She still hates Christmas because she has come to associate the festive season with spending nearly the entire day preparing various meals and doing chores.
Decline in studies
Deborah wasn’t allowed to stay in the hostel during her university days because they needed someone to stay back and do the chores, and that affected her studies. “While my friends were reading and thriving, I was busy shuttling between school and the house, cooking and taking care of the house.”
It started to get really bad, and she noticed that her studies were suffering, especially after she almost withdrew from school due to the stress and having little or no time to read. She found a way to move out in her third year of university.
“I had to forego the benefits I was getting from my family and move into the hostel.” Because of that decision, they stopped taking care of her needs, and she was forced to start fending for herself. This, however, provided her with the opportunity to spend more time on herself and her needs.
Deborah still feels resentful, and she believes the whole experience put a strain on her relationship with her family, especially between her and her mother.
She thinks the only good thing that came out of her experience is that it made her more conscious of the men she allowed into her life.
A job deferred
Growing up, Sarah Mathew* wasn’t really aware of gender roles because, for a long time, it was just her and her father, and they had people who worked for them. Her only duty then was to go to the market.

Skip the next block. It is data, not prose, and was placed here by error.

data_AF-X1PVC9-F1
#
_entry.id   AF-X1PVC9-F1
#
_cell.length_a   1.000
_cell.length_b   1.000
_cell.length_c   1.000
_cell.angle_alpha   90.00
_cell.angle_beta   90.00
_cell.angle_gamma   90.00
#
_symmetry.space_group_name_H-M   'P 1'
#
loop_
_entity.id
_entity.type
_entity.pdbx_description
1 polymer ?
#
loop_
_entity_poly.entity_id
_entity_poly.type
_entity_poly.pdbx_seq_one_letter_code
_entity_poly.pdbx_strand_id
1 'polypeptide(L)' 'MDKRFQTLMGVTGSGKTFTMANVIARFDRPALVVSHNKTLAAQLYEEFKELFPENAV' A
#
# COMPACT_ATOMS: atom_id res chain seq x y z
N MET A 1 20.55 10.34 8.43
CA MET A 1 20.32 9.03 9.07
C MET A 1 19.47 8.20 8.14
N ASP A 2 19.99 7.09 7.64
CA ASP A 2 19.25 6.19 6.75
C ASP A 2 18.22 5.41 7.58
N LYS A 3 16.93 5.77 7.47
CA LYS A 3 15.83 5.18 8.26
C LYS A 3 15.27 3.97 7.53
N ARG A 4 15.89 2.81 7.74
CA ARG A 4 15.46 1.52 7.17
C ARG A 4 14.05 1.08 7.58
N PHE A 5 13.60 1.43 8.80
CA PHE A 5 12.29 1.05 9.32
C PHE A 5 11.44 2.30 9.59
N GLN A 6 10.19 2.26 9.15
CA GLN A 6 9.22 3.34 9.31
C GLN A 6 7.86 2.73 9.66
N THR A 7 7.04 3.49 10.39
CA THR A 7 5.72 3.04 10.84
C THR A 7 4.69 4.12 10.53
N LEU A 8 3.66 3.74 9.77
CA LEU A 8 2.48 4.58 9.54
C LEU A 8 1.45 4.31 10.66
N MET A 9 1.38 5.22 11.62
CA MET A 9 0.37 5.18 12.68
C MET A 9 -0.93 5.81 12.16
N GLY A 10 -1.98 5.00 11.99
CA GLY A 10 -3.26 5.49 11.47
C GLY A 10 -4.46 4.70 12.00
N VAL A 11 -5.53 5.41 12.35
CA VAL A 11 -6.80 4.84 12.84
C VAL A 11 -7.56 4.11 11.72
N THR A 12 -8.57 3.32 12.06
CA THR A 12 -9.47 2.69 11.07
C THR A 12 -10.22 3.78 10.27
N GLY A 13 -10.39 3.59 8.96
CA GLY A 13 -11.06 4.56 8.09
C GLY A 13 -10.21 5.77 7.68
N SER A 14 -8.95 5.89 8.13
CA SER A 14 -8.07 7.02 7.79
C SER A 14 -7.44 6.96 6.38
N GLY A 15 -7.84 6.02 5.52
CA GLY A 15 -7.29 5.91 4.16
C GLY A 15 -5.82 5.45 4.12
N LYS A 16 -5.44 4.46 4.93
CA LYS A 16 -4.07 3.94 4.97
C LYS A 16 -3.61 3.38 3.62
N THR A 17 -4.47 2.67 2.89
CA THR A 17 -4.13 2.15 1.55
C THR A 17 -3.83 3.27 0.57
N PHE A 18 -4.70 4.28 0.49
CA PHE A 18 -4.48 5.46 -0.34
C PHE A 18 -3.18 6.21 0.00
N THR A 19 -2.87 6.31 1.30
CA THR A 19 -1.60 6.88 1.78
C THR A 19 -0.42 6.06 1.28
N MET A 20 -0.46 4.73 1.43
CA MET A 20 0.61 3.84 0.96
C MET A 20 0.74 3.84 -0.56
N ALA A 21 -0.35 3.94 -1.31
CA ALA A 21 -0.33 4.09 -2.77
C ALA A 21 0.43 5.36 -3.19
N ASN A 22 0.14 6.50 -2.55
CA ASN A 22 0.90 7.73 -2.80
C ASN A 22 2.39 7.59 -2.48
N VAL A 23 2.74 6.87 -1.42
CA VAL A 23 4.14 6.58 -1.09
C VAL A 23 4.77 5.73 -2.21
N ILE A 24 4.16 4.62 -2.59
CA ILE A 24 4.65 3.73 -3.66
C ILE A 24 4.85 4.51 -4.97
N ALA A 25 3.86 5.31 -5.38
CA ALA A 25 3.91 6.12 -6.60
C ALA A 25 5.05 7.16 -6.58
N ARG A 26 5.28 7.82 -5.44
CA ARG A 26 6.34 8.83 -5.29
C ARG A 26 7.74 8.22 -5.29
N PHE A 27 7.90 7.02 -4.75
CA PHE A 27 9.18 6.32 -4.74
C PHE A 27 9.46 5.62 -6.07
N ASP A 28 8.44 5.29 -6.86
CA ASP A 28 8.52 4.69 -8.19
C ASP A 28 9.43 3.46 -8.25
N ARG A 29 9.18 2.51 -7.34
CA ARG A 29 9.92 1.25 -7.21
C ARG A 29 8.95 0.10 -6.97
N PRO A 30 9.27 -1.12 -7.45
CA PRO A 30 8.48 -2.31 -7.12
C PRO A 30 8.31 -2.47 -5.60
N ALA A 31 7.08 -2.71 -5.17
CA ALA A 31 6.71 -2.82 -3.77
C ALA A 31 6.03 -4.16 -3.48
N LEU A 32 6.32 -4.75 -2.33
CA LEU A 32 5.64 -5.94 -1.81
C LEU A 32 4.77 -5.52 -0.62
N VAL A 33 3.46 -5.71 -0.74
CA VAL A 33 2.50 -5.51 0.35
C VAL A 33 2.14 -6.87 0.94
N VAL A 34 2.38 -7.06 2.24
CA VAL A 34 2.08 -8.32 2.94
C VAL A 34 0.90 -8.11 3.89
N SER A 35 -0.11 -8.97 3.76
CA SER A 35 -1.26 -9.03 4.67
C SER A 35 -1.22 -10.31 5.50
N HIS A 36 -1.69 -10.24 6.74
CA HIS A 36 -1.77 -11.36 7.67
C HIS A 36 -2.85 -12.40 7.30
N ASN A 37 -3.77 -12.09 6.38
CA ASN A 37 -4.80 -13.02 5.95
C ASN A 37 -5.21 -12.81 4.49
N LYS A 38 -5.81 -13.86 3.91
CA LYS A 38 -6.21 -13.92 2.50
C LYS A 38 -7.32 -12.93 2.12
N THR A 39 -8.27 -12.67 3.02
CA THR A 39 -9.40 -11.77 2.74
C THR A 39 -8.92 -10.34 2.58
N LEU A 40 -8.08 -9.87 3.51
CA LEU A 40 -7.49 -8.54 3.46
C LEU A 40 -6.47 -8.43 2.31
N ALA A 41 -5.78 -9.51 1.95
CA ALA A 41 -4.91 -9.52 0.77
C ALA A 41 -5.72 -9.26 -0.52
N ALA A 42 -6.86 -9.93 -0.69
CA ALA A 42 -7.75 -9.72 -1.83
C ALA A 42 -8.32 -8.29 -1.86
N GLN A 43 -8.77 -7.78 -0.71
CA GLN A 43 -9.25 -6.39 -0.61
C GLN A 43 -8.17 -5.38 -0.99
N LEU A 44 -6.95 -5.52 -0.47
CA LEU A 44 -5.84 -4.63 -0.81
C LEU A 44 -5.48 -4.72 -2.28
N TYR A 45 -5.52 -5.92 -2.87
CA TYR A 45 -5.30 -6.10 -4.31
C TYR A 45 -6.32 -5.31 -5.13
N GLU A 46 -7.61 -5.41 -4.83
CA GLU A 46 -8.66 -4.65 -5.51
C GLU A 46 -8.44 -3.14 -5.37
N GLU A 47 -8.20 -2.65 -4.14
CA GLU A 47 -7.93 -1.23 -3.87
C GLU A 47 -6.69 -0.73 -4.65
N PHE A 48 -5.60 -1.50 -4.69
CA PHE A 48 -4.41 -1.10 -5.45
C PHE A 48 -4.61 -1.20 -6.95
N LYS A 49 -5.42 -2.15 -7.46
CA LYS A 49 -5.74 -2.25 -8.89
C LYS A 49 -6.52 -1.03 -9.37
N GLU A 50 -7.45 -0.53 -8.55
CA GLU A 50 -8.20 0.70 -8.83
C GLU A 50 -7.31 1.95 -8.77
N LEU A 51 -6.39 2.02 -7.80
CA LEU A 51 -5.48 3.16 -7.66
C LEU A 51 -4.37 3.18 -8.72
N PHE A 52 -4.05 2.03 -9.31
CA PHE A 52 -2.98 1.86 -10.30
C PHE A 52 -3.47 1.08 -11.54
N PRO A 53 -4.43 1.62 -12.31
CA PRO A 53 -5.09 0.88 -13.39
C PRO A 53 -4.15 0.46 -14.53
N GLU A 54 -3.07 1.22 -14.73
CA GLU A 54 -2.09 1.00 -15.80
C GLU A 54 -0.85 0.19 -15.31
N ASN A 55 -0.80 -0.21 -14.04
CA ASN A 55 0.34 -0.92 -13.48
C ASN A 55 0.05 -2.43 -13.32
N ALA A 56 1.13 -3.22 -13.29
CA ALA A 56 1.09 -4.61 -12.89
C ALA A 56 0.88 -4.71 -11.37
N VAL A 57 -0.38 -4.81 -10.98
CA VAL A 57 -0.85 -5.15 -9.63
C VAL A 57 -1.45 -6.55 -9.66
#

But down the line, things changed when they started living together as a family with her mother and brothers.
“Once, we ran out of water on a Saturday morning, and my sibling was home for a brief holiday. My parents and I went out, and he stayed back home. We came back to meet the pile of plates we had left waiting for us. He claimed he didn’t realise we had left water in the bucket. Even though my dad insisted he should have made more effort, my mum dismissed it and said not to bother the man as I would wash them.”
By that time, Sarah had started to take responsibility for the chores even when she started working. “I begged that we find a help, but nothing was done about it. I was expected to sacrifice my time, and so I would go home every day in the afternoon from work to make lunch.”
To make matters worse, Sarah tried to reason with her bosses so they could say no to her going back to do house chores during work hours, but they thought it was okay and an important sacrifice to make as a woman. “They saw it through the lenses of men being expected to be providers, and because it’s been that way for ages, women should be okay with making certain sacrifices.”